Sherin works full-time for the charity Save the Children and recently started volunteering for WBAF

What’s your official volunteer title?
I’m a mentor.

Why did you choose to volunteer with WBAF?
I learnt about the charity from a friend and I immediately loved the idea of mentoring young people. It seems such a meaningful cause. Also, living in London now, I wanted to make myself useful to the community, in any small way possible.

What are your volunteering duties?
I call the mentee and the family every week, normally on the same day and at the same time, to create a sense of regularity. Then I write about our conversations in the evidence log. I mentor the same young person for six months, so that’s quite a number of conversations.

How have you managed to build a relationship?
It’s still at an early stage. However, my mentee likes to talk about various topics – family, school, hobbies, ambitions. And they’re slowly getting to grips with the purpose of this mentoring program. 

What activities do you do with your mentee?
Because of the lockdown we’re restricted to just talking at the moment. I usually start off with a re-cap of the tasks we agreed last week that they should have carried out throughout the week. Things such as mindfulness exercises before going to bed. They tell me how they did and then we’ll naturally continue onto other topics we want to cover. 
One interesting activity we’ve started is playing riddles with each other over the phone. We each take turns coming up with the riddles while the other has 10 tries to guess the answer. This simple game can instantly lighten the mood. 

What improvements have you noticed in their behaviour?
They were slightly reserved in the beginning, but by the third session, they began to relax and open up. However, it is not always easy to read the true level of engagement without face-to-face contact. 

What difficulties have you found with volunteering?
At the moment, the most obvious difficulty is not physically being in their presence. Fortunately, using the landline telephone, there are no signalling problems.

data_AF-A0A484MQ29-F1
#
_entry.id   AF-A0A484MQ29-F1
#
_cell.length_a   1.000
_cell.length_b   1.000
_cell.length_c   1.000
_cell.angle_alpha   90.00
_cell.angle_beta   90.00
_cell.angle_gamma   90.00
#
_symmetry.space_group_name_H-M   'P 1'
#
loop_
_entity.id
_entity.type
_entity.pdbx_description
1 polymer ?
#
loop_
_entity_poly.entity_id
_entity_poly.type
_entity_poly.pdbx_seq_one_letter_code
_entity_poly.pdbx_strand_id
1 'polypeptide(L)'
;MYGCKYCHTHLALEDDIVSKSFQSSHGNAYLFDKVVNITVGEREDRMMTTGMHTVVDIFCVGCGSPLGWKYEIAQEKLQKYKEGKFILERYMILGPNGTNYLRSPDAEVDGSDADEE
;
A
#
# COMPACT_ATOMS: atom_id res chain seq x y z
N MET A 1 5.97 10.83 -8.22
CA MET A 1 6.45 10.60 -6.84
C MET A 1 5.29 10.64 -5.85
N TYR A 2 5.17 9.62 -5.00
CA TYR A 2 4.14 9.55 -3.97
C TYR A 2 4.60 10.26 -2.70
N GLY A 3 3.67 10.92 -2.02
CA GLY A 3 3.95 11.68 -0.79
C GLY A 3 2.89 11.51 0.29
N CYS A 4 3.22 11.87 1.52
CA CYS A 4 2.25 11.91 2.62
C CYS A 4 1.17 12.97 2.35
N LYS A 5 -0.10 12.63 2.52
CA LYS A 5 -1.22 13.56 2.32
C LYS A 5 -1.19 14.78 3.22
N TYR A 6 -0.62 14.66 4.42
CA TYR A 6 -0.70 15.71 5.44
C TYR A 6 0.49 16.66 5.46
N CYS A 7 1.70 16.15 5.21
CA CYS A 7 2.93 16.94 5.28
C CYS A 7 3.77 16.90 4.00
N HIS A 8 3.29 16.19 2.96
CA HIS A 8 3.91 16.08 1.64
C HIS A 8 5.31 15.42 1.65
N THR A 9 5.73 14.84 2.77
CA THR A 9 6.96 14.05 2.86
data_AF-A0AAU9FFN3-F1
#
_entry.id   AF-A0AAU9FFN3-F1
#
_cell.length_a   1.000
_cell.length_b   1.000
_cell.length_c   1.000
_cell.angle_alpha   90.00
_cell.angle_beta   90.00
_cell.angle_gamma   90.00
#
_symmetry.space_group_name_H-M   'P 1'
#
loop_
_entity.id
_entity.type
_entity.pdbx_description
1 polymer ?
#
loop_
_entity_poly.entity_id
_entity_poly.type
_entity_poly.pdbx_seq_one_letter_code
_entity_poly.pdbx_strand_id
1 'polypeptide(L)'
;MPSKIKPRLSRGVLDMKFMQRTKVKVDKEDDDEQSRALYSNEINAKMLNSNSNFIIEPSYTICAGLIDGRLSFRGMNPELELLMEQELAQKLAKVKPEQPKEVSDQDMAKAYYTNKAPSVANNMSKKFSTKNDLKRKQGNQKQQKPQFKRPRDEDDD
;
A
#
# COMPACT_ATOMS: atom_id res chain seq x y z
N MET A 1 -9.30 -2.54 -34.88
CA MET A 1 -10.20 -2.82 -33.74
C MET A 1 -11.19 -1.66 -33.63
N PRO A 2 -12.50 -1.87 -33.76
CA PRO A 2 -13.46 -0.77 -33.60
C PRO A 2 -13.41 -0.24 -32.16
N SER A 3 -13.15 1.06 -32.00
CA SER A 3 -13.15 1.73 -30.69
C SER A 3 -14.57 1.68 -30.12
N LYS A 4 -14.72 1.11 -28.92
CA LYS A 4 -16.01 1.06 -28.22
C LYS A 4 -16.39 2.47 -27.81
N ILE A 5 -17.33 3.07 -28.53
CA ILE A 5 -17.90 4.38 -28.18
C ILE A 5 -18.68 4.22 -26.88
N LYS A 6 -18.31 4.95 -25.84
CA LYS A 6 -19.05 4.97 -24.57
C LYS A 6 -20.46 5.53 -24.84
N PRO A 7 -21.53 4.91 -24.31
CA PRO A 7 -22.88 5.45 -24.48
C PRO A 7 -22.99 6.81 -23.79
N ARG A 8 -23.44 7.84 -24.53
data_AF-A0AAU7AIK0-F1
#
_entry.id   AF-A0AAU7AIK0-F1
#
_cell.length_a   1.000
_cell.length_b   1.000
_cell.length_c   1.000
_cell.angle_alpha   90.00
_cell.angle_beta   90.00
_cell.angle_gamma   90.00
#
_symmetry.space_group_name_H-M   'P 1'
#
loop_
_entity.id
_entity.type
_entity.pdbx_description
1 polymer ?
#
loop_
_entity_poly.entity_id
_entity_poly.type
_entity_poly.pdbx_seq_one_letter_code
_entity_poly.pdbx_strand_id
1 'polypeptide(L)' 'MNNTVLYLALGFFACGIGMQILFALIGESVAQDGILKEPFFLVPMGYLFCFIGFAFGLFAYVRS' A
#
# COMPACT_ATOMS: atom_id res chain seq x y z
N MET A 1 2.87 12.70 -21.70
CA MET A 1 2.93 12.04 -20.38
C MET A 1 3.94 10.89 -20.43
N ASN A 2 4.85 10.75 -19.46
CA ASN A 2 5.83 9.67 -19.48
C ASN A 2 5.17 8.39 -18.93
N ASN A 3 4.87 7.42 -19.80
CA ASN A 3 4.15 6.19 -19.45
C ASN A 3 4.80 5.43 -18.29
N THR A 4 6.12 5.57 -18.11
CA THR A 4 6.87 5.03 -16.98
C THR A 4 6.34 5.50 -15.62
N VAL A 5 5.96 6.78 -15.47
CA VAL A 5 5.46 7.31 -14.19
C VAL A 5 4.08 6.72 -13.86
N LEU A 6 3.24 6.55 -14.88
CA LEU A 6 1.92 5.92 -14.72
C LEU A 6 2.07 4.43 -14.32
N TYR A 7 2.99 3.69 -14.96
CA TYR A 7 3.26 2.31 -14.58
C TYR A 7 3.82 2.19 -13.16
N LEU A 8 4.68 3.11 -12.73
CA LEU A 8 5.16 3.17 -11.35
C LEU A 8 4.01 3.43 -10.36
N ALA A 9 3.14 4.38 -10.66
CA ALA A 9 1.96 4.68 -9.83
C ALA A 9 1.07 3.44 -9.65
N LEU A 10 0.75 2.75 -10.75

To fill any awkward silences, I tend to share a little about myself. It means the relationship is not so one-sided. I also ask them for recommendations of books, movies, or social media trends like TikTok. That way they can share their opinions with me. But whatever difficulties come up doesn’t stop us having fruitful conversations every week.

How much time do you have to put into the role?
About two hours a week – a one-hour phone call, and one hour to prepare beforehand and write the report up afterwards.

What do you get out of being a volunteer?  
I’ve learned that convincing young people, especially those from less advantaged backgrounds, that they have a bright future is not easy. Regardless of what resources may be available to them. 
Working for Save the Children is part of the reason I believe in young people. Those in Westminster are in a much better position than millions of children around the world. They just need to believe it. 
Shifting their mindset is the crucial piece of the puzzle. I know I will definitely feel I’ve achieved something if my mentee sees a tiny fraction of hope in their future and works towards it.

Would you recommend volunteering at WBAF to others?
Yes. In fact, I’ve recommended WBAF to a number of my friends already. I hope they make their way into the next batch of mentors!